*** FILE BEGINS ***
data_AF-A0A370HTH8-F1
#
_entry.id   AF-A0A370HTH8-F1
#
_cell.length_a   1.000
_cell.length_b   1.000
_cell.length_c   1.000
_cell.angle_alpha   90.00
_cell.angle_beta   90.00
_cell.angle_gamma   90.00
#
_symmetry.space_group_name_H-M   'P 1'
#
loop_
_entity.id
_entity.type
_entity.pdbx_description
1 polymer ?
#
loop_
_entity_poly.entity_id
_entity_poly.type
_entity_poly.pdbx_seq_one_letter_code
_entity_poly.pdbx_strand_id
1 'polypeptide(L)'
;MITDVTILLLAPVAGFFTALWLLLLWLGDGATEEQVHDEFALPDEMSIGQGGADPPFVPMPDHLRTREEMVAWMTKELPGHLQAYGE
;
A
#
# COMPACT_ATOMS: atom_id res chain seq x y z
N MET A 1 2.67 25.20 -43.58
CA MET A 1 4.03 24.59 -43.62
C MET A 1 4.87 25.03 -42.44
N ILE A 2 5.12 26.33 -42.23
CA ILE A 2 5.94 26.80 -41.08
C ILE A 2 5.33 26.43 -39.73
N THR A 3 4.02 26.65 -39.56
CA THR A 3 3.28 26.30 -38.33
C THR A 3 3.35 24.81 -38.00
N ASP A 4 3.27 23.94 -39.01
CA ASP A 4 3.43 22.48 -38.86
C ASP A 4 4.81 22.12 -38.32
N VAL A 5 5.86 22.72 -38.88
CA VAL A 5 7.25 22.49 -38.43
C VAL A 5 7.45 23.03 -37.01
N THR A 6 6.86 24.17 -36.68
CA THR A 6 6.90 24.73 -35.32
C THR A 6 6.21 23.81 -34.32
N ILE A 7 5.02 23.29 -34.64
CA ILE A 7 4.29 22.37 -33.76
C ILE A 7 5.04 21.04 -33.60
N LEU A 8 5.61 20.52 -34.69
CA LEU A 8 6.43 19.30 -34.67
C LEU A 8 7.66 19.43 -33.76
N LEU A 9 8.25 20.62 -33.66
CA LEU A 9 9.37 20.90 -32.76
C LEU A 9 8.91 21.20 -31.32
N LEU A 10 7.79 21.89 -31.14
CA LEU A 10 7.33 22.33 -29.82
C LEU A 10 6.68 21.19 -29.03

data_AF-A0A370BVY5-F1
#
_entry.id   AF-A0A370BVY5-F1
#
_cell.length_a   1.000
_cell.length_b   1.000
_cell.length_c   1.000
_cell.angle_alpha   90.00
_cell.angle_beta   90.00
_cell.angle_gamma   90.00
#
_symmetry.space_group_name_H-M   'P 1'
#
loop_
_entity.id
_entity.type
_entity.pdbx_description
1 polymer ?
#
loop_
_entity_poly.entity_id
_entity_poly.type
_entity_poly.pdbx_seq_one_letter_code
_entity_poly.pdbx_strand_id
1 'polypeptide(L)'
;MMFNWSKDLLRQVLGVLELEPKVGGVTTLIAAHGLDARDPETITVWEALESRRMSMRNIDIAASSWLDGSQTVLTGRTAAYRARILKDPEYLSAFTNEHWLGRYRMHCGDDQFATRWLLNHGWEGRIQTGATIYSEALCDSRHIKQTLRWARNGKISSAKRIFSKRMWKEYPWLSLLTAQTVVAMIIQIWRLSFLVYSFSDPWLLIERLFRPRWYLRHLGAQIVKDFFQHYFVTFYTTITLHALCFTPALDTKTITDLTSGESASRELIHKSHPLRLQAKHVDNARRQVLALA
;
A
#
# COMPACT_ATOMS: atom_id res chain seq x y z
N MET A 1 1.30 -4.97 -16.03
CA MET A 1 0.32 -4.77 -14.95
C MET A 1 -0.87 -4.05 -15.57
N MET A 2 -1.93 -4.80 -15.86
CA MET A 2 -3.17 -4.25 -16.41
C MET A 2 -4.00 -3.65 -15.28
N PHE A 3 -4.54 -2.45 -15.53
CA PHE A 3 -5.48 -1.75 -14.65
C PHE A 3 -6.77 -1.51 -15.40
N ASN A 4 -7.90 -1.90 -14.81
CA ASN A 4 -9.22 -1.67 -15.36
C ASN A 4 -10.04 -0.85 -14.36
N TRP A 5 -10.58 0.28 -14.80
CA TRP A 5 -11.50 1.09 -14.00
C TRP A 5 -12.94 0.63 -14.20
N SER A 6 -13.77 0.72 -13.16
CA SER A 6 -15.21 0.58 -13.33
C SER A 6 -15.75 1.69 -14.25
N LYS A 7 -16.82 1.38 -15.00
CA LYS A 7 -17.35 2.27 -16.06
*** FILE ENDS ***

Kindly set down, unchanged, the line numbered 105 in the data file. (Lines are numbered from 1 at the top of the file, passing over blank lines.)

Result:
C TRP A 5 -12.94 0.63 -14.20